Perhaps there wasn't a "single" on this album like Material Love or Criminal Minded. So be it. This album I enjoy more than Edutainment. No disrespect to Edutainment, perhaps BDP's 9th Symphony, but this is rap at its finest. Hard beats and KRS One's intellectual utterly superior lyrics and style.
Give this one a chance before you let a few trifling reviews turn you away from it. You will not regret it.
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Format: Audio CD
KRS 1 has always been light years ahead of the rap game, and the Sex and Violence CD is just one more item of proof for that statement. Rappers like Emenem and Rakim have recieved an abundance of well deserved credit for their lyrical witticism. KRS-1, however, takes lyrical wit to another level by using his tounge twisting talent to speak on more complicating issues such as the ethnic history of drug dealers, the hipocrisy of 5% NOI rappers, The IRS as the true pimps of the world and more.
The tragedy of this CD and KRS has nothing to do with KRS's tendency to "preach" but rather with the immaturity and low level gratuities of a rap industry that has gone mainstream. In fact, THIS is exactly what this CD is all about. It may very well be that KRS will sadly go under recognized by an industry that he helped revolutionized. But I believe that will only be temporary. If hip-hop ever grows up and evolves beyond thugs, drugs and adolescent narcisstic content, then it may very well reflect on artists like KRS 1 and give him the props he deserved since his introduction to the rap game.
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Format: Audio CD
SEX AND VIOLENCE, Although commerically his worst selling album of all the BDP albums, lyrically and production wise, is his best as he ridded the rap world of X-Clan, Poor Righteous Teachers and the soft as mallow pie PM Dawn on the singles "We In There" and "Build and Destroy". The 12" single remix of the "We In There" single includes a track on the other side called "Feel The Vibe, Feel the Beat" where he basically massacres that track and ended PM Dawn's and his former homey D-Nice's career.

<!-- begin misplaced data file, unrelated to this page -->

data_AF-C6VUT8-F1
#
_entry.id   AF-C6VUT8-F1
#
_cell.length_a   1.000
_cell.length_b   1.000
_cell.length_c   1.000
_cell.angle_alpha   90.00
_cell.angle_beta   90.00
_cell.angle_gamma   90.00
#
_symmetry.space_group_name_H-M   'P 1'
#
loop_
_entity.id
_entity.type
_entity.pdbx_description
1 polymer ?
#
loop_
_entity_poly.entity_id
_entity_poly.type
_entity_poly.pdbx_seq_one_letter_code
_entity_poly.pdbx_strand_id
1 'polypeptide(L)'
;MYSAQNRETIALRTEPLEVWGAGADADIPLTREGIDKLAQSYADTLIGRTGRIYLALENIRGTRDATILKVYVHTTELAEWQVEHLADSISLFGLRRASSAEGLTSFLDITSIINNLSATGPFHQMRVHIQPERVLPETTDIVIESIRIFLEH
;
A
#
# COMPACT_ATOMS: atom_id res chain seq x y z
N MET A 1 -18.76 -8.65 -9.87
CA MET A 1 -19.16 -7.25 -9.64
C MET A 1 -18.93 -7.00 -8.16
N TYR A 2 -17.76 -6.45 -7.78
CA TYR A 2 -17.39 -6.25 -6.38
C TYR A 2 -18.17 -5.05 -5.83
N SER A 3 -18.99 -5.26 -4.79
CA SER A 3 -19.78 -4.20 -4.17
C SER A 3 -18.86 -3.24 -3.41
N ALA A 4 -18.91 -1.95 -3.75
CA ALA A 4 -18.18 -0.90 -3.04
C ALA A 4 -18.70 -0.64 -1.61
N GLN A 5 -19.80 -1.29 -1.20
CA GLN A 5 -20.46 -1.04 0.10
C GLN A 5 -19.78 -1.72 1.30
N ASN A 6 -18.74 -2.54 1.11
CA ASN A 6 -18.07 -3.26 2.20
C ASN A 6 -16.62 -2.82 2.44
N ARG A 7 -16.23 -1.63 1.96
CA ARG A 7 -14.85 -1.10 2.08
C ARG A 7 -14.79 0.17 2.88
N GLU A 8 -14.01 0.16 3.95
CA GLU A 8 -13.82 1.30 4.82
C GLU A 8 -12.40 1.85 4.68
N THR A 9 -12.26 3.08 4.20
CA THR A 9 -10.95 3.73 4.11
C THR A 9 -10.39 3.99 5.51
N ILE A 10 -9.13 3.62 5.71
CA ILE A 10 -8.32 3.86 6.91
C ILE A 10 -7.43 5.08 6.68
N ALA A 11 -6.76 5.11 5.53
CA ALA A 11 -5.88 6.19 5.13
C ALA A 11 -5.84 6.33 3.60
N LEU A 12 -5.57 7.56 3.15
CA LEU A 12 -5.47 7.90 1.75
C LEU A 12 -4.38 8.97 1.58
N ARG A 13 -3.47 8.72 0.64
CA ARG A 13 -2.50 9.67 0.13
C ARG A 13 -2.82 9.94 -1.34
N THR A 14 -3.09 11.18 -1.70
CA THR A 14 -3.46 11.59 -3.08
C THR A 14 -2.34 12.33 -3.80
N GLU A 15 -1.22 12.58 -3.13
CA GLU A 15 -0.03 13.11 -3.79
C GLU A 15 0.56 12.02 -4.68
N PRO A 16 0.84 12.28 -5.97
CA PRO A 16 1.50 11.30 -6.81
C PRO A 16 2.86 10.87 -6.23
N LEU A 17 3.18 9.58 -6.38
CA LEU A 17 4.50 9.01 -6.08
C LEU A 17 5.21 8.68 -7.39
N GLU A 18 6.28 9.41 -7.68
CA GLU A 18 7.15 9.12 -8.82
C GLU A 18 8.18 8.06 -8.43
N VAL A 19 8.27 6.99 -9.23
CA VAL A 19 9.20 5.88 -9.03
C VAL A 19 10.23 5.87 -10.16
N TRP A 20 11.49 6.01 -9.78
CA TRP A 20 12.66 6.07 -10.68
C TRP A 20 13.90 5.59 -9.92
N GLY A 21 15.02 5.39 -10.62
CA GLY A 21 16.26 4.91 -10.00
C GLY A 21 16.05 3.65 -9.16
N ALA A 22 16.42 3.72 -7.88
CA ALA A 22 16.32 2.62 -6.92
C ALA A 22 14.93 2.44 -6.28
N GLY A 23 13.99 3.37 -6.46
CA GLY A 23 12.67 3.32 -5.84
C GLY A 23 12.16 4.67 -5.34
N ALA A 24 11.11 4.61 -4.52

This had to be the first KRS-ONE lp that I could actually listen to the tracks more than I could just the lyrics. KRS-ONE was going through a lot personally before this album, the divorce from his wife Ms Melodie, the beef with former homie D-Nice, and the fact that east coast rap at that time in 1992 had taken a back seat to West Coast Rap being dominated by NWA, ICECUBE, Ice-T, Too Short, Snoop, D.O.C., Geto Boys, Compton's Most Wanted, DJ Quik. West Coast rap had become the rage and the afro-centric, edutainment rap that the KRS's, the Rakims, the Public Enemy's, the Queen Latifah's, Jungle Brothers and Tribes of the East had continue to build on top of the foundation already laid down, had started to crumble. East Coast rap was being largely ignored by Yo MTV Raps, The Video Jukebox at the time, the two largest video players of rap videos. Unfortunately, this album like a poster said earlier came two years before Illmatic started the resurgence of East Coast rap again but lyrically was one of the better albums hands downs that was released that year.